I enjoyed that as the reader you were encouraged to be so interactive with the story. You guided it and were a part of it. I loved that sense of playfulness. (But really, I just wanted the chance to draw lots of monsters!)
What was your thinking processes that lead to coming up with the ideas we have?
When I first read the manuscript, all the words that jumped out to me were the interactive elements. It was fun! So I wanted the monsters to echo that sense of fun, for them to be silly and friendly rather than scary, so that kids would be more willing to engage and interact with the book.
What medium did you use to illustrate The Scared Book and why?
I like to start with pencil and paper as I find I’m a lot more loose and free, which helps to get my ideas out. Then I’ll start cutting out shapes with coloured paper and moving them about to see what forms I can create, and this tends to create a body, sometimes even a texture or personality for a character. After finding the essence of a character through this, I’ll hand draw again, but this time the character is more precise. This hand drawn image is my base, which I then scan onto my computer. All the monsters are then created through digital collage, using a mixture of textures and papers that I scanned into the computer, and then drawing into them again on the computer. I’m able to move things around a bit easier once I have them all on the screen, assembling all the parts just as I would do with paper collage.
Being a book bursting with monsters, I was worried that they might appear too scary for the child reader. I needn’t have worried – the result is cute and quirky – with only a hint of danger! How did you go about the process of getting the monsters with the right balance?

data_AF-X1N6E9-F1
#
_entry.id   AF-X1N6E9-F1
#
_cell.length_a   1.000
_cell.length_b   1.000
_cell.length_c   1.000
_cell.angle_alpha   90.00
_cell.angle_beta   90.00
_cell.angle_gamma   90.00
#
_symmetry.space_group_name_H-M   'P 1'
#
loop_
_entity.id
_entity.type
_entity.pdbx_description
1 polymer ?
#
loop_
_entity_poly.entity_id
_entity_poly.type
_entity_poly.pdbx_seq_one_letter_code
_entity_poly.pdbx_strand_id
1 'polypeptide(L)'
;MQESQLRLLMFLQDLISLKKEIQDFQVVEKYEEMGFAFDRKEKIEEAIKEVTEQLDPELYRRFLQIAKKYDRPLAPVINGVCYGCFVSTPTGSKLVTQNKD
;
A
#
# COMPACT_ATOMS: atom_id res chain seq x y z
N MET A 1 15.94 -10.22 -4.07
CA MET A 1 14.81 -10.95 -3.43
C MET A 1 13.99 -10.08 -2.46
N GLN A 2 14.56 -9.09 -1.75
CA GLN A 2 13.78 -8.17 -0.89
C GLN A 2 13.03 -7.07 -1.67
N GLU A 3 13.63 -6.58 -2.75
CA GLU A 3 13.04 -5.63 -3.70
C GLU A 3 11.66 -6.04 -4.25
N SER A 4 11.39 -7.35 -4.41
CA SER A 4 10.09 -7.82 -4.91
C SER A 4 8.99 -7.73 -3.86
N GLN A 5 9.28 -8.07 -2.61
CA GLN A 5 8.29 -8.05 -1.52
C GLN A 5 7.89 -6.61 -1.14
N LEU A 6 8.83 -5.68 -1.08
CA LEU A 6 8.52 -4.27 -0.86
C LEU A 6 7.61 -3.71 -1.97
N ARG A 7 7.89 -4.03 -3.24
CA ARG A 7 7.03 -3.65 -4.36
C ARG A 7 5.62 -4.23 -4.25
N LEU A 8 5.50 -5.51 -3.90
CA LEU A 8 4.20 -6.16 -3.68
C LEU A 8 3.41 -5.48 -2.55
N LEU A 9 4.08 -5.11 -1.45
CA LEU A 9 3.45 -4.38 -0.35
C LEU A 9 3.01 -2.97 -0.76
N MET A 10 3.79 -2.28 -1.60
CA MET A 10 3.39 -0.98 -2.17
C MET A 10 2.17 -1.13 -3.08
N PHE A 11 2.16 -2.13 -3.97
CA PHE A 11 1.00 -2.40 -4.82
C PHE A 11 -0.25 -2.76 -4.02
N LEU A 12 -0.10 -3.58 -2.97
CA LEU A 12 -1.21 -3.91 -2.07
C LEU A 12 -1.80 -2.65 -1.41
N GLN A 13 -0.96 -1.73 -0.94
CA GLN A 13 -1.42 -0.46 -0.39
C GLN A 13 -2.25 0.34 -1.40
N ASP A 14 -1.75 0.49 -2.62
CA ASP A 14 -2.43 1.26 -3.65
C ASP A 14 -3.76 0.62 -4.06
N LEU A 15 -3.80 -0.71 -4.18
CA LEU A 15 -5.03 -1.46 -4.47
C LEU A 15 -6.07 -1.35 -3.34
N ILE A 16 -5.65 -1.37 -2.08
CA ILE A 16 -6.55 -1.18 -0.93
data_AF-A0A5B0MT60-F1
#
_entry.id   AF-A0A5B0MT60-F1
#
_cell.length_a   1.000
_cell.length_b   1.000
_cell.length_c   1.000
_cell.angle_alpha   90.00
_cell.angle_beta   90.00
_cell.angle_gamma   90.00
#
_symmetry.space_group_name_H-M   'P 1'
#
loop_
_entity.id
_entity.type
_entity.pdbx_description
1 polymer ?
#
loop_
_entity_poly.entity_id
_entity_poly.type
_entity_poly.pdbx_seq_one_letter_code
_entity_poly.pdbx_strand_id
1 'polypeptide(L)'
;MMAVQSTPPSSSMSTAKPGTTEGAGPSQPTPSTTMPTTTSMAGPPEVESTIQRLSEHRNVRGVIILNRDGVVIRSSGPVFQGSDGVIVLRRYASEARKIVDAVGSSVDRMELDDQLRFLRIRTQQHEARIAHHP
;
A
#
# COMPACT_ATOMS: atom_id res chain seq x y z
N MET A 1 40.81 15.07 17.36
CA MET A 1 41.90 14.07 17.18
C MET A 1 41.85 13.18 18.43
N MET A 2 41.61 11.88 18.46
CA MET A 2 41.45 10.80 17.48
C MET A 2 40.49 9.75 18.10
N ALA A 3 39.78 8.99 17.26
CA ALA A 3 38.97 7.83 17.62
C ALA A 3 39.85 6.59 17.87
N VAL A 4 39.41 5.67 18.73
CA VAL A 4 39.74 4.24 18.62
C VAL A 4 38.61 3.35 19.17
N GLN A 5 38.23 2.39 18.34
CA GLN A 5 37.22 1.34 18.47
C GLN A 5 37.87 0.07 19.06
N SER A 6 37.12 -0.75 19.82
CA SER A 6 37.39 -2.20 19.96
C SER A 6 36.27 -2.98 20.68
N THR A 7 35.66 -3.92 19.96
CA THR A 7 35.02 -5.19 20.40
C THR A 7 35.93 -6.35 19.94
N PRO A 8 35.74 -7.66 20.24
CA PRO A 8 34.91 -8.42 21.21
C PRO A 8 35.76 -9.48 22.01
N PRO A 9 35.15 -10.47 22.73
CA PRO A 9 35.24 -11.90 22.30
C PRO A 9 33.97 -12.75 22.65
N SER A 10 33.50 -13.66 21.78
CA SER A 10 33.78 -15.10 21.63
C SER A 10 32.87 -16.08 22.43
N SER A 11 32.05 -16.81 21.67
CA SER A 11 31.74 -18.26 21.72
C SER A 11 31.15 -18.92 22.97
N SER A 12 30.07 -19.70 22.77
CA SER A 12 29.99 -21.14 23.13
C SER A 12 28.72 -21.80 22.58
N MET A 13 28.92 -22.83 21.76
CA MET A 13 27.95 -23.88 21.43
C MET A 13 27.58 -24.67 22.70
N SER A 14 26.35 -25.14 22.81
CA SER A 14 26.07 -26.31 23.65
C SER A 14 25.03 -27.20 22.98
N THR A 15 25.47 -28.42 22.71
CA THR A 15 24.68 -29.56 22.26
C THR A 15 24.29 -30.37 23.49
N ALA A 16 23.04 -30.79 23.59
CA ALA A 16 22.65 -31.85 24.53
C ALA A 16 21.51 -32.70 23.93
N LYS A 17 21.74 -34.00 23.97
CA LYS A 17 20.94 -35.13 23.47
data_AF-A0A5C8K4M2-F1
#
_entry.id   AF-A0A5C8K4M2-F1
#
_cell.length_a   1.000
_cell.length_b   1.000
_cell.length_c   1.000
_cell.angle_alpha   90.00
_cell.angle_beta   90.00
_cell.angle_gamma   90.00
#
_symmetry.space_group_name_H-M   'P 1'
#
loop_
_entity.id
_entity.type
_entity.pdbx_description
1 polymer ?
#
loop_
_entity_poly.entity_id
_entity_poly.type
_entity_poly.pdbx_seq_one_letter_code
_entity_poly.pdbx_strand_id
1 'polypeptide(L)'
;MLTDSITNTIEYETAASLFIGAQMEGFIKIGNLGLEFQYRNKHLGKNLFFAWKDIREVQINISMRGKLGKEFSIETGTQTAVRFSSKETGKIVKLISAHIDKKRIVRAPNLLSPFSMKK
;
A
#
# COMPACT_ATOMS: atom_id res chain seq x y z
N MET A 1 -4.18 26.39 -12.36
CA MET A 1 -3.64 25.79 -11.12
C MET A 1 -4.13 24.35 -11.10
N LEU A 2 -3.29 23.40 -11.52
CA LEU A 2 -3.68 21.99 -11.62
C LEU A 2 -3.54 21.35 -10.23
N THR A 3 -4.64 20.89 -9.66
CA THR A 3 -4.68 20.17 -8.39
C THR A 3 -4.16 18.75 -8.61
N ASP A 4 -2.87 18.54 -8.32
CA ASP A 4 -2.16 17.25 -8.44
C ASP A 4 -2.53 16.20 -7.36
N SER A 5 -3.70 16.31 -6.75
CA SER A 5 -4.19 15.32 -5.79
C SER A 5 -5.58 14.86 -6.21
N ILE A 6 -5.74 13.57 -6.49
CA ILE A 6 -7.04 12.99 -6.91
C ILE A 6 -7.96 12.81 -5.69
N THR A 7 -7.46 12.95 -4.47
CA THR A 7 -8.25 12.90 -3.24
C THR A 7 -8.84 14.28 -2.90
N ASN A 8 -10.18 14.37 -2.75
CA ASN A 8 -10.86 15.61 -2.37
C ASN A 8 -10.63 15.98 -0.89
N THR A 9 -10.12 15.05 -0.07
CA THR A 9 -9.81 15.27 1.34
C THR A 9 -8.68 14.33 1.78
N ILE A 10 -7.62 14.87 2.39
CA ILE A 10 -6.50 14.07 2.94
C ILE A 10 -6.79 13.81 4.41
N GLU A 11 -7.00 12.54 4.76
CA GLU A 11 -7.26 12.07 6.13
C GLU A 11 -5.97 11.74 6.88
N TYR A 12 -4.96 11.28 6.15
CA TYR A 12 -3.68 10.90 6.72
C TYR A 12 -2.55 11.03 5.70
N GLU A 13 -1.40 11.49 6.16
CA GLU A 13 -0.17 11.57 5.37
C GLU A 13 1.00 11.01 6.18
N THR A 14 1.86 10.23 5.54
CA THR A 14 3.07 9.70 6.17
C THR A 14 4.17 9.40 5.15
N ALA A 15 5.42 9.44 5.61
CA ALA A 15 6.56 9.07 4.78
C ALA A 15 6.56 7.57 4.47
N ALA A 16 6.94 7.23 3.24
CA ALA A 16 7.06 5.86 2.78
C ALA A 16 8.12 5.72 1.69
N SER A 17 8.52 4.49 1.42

Big eyes, no sharp teeth! And such fantastic guidance and feedback from Suzanne from Lothians.
What made you think of adding monster elements to the scared aspects – the goose- bumps and butterflies for instance?
I wanted the book to be inundated with monsters in all forms…it is a story about monsters after all! The more monsters in the book the better, it keeps you turning the pages to find more!
What were your favourite spreads to illustrate?
Tingle and Smelly. They are probably the most simple of all the monsters, but they are both so loveable to me.
Here's a gorgeous animation that Kim made of the tingly spine:
When Suzanne O’Sullivan indicated an interest in my manuscript, she told me early on that she had someone in mind who had more of a graphic design background, which I thought was brilliant given the type of book it is. So tell me about your background and your work.
I started out painting murals and creating zines (small, limited run, self-published works). Through my murals I was approached by a couple who created children’s books, Rachel Williams and Peter Warrington from Not Quite Newtown, and they gave me my first opportunity to create a published collaborative work. (Rachel is a photographer, Peter writes the stories, and for ‘You Make the Dreams’ I drew illustrations on top of Rachel’s photographs). I do a bit of graphic design also, teach mural design and paper art workshops and try to exhibit at least once a year.
How did Suzanne know about you?
Through my mural work and paper work that I sell on Etsy. I was so happy when she got in touch with me. It was like a dream!
What made you want to illustrate kid’s books?
I’ve always been a book worm. I love children’s books, I love graphic novels, comics, cartoons, animations. With children’s books, your imagination can lead you anywhere. There are no rules, there’s a sense of freedom and play and a beautiful wonder. I have always loved the art of story telling in all its forms, and my illustrations tend to play to a more naïve, child-like quality, so I guess it all came about quite organically.
I’m so glad she chose you!
So here we are at the end of the creative process with our book in the world – tell me - would you do it again?
In a heart beat x